BLIND SPOT: aSK for More

April 26, 2018

 

An SK Kagawad once ran just because her cousin who was then running for the SK chairman post needed one more candidate on her ticket.  The prospective candidate for kagawad reluctantly got convinced.  Since she never really wanted to run in the first place, she did not join in any of the campaign sorties.  No; not one.  (Oh yes, you would think it was a losing battle.) Well, what do you know?  She won topnotcher among the winning SK kagawads.  It must have been the good looks.  For the sake of satisfying curiosity, the candidate for SK chairman also won.  This candidate was popular among the youth in the community for holding all-expense paid swimming excursions to Pasacao.  You know, swimming in the summer time has many benefits for adolescents which includes promoting physical fitness, amicable social relations and decrease of stress from the past school year.  (Yeah, right.)

“The Sangguniang Kabataan  developed out of the Kabataang Barangay, established during martial law  by President Ferdinand Marcos.  Marcos established the KB in 1975 to give youth a chance to be involved in community affairs and to provide the government means to inform youth of the government’s development efforts.  (and despite that, youth activism still reached its record peak.)  His daughter Imee Marcos was chairman.”  (Now, how’s that for political dynasty?)  (https://en.wikipedia.org)  “The Local Government Code of the Philippines (RA 7160) was passed in 1991 and it institutionalized the Sangguniang Kabataan (SK) – a body that aims to provide an avenue for the youth to be trained as leaders.  Under RA 7160, the main functions of the SK are to promulgate resolutions necessary to carry out the objectives of the youth in the barangay; to initiate programs designed to enhance the social, political, economic, cultural, spiritual a physical development of the members; and to conduct fund-raising activities.”  
(https://www.rappler.com) And all these are achieved through summer basketball tournaments.  ( That’s sarcasm in case you don’t notice.)

“In the past years, SK faced a lot of issues as an institution. A 2007 study by the Department of the Interior and Local Government (DILG) and the UNICEF entitled, “The Impact of Youth Participation in the Local Government Process: The Sangguniang Kabataan Experience,” stated: “The SK’s performance for the past ten years has been generally weak. This is especially true in terms of coming up with legislations, promoting the development of young people, submitting reports and holding consultations with their constituents.” Aside from the lack of concrete legislative and youth development programs, I have heard of certain issues raised against the SK like corruption, nepotism, and recurring programs focusing on sports festivals and pageantry only.” (https://www.rappler.com)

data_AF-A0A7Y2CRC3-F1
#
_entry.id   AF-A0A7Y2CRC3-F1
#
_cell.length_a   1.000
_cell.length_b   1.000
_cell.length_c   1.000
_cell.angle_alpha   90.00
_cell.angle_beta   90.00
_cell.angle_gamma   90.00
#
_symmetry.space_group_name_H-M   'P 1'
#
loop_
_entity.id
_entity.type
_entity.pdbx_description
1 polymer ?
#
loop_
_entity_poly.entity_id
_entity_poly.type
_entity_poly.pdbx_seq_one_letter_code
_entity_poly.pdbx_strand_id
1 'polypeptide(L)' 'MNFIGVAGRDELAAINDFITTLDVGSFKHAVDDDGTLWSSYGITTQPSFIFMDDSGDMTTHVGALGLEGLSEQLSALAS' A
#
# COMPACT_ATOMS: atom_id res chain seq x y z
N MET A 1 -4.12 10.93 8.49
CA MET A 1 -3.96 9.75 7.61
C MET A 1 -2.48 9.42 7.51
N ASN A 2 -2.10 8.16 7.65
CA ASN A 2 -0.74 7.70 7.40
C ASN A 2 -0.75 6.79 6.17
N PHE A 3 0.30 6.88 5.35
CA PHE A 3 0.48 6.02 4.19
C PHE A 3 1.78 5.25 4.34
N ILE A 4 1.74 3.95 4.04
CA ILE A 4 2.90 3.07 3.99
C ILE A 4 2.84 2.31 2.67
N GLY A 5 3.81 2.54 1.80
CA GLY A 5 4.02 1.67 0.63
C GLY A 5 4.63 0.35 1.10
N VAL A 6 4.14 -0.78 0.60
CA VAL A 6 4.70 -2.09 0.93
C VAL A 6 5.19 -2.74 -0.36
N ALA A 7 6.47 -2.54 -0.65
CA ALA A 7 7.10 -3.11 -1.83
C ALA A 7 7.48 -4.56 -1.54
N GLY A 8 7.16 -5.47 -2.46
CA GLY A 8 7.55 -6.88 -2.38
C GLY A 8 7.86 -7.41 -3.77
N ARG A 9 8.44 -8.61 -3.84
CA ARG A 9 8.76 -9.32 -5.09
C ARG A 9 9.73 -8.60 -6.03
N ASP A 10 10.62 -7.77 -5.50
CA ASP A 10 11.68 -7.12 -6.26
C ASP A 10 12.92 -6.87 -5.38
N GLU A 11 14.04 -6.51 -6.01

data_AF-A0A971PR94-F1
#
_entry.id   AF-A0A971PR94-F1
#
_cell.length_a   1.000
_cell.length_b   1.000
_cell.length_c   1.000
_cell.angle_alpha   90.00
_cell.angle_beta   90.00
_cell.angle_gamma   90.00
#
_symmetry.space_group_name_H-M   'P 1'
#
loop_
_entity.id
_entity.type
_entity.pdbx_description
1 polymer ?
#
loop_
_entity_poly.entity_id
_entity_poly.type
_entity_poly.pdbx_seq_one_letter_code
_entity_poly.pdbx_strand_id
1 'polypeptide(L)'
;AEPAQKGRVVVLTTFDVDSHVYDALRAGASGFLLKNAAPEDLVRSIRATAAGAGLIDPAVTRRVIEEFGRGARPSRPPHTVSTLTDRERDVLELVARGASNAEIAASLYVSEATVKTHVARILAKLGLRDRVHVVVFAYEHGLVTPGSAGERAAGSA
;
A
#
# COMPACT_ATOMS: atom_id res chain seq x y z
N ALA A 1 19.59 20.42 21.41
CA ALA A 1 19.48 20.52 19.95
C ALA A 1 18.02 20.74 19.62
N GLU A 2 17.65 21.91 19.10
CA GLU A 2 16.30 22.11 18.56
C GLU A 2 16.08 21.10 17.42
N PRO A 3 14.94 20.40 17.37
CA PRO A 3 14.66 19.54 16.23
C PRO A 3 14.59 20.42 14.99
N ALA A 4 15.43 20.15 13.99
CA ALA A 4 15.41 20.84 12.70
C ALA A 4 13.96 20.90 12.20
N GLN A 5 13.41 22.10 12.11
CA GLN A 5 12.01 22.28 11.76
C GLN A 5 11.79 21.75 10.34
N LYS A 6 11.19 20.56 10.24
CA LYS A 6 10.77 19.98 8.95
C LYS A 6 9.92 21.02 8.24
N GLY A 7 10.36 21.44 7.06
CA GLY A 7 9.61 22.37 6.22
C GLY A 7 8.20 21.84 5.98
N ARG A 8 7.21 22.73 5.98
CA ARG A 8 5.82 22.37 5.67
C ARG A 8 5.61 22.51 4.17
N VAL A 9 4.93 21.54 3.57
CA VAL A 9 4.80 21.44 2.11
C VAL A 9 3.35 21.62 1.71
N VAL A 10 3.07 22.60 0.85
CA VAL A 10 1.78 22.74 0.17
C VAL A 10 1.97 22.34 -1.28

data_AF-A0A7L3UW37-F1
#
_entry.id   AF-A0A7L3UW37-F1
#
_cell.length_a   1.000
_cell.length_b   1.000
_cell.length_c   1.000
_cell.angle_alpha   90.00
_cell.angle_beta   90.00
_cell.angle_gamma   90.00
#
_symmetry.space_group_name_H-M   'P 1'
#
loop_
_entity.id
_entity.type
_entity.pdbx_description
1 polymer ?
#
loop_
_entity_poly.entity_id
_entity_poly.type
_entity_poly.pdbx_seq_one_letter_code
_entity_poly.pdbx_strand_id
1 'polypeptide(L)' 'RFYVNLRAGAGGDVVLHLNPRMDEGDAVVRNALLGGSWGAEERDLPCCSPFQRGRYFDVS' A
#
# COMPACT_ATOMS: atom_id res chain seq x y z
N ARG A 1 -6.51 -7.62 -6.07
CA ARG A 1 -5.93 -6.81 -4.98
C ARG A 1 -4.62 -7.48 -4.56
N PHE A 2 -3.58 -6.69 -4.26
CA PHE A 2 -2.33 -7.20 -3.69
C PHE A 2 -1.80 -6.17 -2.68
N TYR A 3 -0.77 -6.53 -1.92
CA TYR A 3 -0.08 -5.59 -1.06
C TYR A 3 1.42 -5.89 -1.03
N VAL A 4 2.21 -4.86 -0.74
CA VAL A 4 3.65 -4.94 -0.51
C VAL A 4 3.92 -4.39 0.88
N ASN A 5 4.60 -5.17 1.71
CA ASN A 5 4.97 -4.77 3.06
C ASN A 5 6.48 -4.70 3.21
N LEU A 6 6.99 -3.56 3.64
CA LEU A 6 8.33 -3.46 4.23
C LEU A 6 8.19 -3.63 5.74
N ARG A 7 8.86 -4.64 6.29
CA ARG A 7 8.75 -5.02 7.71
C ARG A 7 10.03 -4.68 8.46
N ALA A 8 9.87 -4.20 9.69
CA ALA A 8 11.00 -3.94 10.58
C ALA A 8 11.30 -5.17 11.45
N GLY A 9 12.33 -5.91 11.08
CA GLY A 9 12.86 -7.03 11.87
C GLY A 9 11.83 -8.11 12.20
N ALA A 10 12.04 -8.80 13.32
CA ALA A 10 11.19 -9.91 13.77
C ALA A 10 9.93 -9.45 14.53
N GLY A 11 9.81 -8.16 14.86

Yet, there always has been a prominent sentiment against the abolition of the Sangguniang Kabataan; as if it would be a grave injustice and deprivation for the Filipino youth if the political unit is cast out in history.  The SK is clearly a dispensable component of Filipino society.  I’m not sure if it’s a unique program.  Oh no.  The Nazis had the Hitler Youth; and Communist eastern bloc nations of the Cold War era had similar counterparts, and by the way, it was originally conceptualized by President Marcos.  (Do you notice any similarity?)  In the context of a review of its purposes mentioned above, the SK indeed gave the youth a chance to get involved in community affairs.  However, for the most part, as based on research, ‘community affairs” have been limited in sports festivals and beauty pageants.  It has arguably failed in  informing the youth of the government’s development efforts.  Is the Filipino adolescent really aware of what the Philippine government is exerting towards national development?  
Considering your own communities, has the SK developed leaders who go on to be actual leaders in the community?  In all honesty, national and community leaders stem from leaders of fraternities and campus organizations.  Actual youth leadership is developed in socio-civic, religious and academic organizations.  Sk remains dormant outside the summer season.  What resolutions have the SK promulgated in carrying out the objectives of the youth and the barangay?  

Now, these teens have probably already filed their certificates of candidacy in COMELEC posts across the country.  In the principle against hasty generalization, yes, maybe, there could be some who consider the SK objectives to heart; and seek to fulfill them.  But Filipino society and government could very well be following a tradition that has not really lived up to its promise, and very will continue a vicious cycle of unachieved objectives.  Maybe, it would do well to endeavor to accomplish the same ideals in another format; since the traditional avenue has failed.

“How can a young person stay on the path of purity? By living according to your word.”

Psalm 119:9


 

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